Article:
The Evil Wizard Smallbone, by Delia Sherman (Candlewick, September 13, 2016)! Do likewise if in general you enjoy stories of boys apprenticed to eccentric (evil?) wizards, surreptitiously learning more than they are being taught, and having to face an enemy far above their pay grade,
12 year old Nick has run away from his uncle's home. He had planned to do this, but the moment came sooner than he'd thought it would, and he's left wandering around in the middle of a Maine blizzard. Chance takes him to the home of the Evil Wizard Smallbone, who takes him in (and turns him into a spider almost immediately). When he's a boy again, Nick finds that he's Smallbone's minion, cooking and looking after the animals. Smallbone appears to have no interest in teaching him magic, and in fact Nick lied and said he couldn't read.
But Smallbone's home is a bookstore (Evil Wizard Books), and the books know that Nick can read just fine, and so when he's ready, they give him just the right books that awaken his own gifts of magic (and teach him useful life skills, like focus and perseverance, and also forcing him to do a lot of thinking about who he himself really is). And it's a darn good thing the bookstore does this, because the Smallbone's enemies, lead by the formidable ancient werewolf Fidelou, are pressing hard against the magical boundaries of the town (and a very peculiar town it is) that Smallbone is sworn to protect. The boundaries are weakening, Smallbone isn't getting any younger, and finally Nick must throw the weight of his own magic into Smallbone's camp, even though Smallborn is, of course, an evil wizard.....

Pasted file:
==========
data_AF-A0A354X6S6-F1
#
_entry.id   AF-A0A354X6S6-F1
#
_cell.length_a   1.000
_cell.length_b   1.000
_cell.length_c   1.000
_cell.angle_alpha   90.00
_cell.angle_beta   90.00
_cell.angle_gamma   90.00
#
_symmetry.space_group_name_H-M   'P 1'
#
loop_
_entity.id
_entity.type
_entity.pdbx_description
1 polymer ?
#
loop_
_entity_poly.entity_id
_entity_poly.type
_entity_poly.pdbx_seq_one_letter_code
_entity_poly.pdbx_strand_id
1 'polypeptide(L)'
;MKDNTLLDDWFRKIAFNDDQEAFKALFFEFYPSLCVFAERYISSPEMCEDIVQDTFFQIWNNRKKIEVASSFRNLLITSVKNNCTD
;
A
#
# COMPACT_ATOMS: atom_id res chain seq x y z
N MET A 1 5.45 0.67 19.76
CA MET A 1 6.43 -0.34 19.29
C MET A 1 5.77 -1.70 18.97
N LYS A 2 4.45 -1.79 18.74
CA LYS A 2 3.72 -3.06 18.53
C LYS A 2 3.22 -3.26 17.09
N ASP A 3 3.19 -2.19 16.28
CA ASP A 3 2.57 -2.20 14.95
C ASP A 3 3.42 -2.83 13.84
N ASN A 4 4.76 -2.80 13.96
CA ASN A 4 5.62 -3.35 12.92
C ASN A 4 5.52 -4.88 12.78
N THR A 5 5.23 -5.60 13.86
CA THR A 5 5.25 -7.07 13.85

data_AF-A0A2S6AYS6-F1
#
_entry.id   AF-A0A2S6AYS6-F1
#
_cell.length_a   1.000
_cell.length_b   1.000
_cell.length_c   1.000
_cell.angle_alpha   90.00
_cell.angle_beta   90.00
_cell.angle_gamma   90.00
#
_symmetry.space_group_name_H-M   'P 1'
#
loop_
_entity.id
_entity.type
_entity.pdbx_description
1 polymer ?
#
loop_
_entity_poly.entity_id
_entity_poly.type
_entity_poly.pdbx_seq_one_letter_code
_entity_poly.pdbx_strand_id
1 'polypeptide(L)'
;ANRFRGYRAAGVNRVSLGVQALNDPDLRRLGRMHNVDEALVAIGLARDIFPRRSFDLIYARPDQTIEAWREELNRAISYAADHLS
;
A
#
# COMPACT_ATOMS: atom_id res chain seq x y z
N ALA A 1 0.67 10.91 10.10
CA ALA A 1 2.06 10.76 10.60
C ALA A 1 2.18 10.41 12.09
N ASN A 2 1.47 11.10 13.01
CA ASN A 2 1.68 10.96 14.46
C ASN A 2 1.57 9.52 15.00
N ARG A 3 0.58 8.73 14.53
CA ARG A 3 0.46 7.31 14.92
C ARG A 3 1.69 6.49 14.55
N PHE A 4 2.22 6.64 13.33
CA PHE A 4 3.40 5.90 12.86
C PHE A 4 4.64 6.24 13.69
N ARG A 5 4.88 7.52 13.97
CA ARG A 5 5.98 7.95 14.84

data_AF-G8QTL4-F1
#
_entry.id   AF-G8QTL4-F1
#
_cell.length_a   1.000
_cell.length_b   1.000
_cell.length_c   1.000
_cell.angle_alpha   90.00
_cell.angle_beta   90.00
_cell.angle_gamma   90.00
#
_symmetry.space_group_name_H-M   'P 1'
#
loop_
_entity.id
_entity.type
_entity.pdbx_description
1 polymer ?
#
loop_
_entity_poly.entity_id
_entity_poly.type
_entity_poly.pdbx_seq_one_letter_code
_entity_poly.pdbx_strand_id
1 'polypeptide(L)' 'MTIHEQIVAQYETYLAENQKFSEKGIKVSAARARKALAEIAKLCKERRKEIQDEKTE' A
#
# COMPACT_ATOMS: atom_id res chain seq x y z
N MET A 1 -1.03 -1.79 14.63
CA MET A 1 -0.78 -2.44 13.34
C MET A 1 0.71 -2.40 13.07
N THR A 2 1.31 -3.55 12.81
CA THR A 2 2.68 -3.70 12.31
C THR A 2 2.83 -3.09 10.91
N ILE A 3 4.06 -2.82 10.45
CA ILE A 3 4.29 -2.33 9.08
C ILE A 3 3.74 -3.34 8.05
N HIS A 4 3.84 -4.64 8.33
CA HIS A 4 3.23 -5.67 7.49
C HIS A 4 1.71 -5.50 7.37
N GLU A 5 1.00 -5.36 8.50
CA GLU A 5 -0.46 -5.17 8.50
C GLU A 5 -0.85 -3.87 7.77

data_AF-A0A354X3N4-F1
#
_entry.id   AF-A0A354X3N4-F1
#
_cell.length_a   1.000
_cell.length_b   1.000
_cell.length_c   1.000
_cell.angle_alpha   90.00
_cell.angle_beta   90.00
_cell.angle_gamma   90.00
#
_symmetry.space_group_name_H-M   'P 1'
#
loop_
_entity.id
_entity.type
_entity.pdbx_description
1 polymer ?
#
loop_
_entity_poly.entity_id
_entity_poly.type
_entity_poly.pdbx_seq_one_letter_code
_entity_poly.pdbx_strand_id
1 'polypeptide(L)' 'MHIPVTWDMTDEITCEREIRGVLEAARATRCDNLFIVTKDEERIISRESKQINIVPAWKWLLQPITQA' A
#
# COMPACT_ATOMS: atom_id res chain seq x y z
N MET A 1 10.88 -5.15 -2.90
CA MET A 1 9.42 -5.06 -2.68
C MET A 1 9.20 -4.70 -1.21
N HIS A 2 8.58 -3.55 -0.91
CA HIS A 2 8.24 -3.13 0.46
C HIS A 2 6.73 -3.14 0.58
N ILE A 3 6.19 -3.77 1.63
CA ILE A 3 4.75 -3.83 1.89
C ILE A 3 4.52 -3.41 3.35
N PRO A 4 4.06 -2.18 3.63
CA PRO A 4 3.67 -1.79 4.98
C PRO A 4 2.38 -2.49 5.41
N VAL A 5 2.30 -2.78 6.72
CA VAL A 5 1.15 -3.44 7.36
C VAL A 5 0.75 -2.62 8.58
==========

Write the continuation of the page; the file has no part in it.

Or perhaps not that evil? This is one of the most interesting things about the book--Smallbone does some questionable things to Nick, and in the past has done some truly awful things, but he's rather likeable, even though he's basically keeping Nick hostage as a minion.....So it's nicely twisty that way.
But what is really really really fun is to see the bookstore teaching Nick magic. The books talk back to him (in text), and it is tremendously entertaining! The premise of the whole thing is also very enjoyable, and there are good supporting characters to round things off.
Highly recommend to not just DWJ fans but to anyone who likes the same sort of books I do!
and now I get to check to see if Kirkus agrees with me....
"Though Fidelou and his crew of biker werewolf minions add some dramatic distraction, it is Nick’s evolution into a young wizard that commands attention. Readers journey with Nick as he stumbles through what was real in his world, his grief at losing his mother, into a magical world that gives him a sense of purpose.
Fans of fantasy will be captivated—and hoping for a sequel."
So yes. There you go. Although I don't think this actually Needs a sequel, because it ends beautifully with an Ending, and is a standalone story. And the things that make this one so much fun (the snarky books and the ambiguioty of Smallbone) are done, so I'm not sure I'd like the sequel as much. But I do know for sure that I want more MG fantasy from Delia Sherman!
disclaimer: review copy received with conviction at ALA and I have been saving it for months even though I really wanted to read it immediately and it was a great distraction during a stressful week.